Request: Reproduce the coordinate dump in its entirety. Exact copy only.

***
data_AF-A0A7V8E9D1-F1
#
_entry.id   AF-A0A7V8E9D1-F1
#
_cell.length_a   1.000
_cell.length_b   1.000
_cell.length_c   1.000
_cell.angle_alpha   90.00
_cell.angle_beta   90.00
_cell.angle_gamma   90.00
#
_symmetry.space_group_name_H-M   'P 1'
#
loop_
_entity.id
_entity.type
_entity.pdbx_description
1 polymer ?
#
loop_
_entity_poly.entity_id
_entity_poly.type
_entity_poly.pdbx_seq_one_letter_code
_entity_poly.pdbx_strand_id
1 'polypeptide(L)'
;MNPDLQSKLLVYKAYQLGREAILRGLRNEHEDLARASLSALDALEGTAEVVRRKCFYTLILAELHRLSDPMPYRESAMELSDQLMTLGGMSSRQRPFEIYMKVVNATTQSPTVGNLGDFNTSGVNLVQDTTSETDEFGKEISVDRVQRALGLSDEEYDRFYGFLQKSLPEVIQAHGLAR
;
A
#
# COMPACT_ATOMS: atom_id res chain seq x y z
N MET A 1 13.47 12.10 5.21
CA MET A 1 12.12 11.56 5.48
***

data_AF-A0A7V8E9D1-F1
#
_entry.id   AF-A0A7V8E9D1-F1
#
_cell.length_a   1.000
_cell.length_b   1.000
_cell.length_c   1.000
_cell.angle_alpha   90.00
_cell.angle_beta   90.00
_cell.angle_gamma   90.00
#
_symmetry.space_group_name_H-M   'P 1'
#
loop_
_entity.id
_entity.type
_entity.pdbx_description
1 polymer ?
#
loop_
_entity_poly.entity_id
_entity_poly.type
_entity_poly.pdbx_seq_one_letter_code
_entity_poly.pdbx_strand_id
1 'polypeptide(L)'
;MNPDLQSKLLVYKAYQLGREAILRGLRNEHEDLARASLSALDALEGTAEVVRRKCFYTLILAELHRLSDPMPYRESAMELSDQLMTLGGMSSRQRPFEIYMKVVNATTQSPTVGNLGDFNTSGVNLVQDTTSETDEFGKEISVDRVQRALGLSDEEYDRFYGFLQKSLPEVIQAHGLAR
;
A
#
# COMPACT_ATOMS: atom_id res chain seq x y z
N MET A 1 13.47 12.10 5.21
CA MET A 1 12.12 11.56 5.48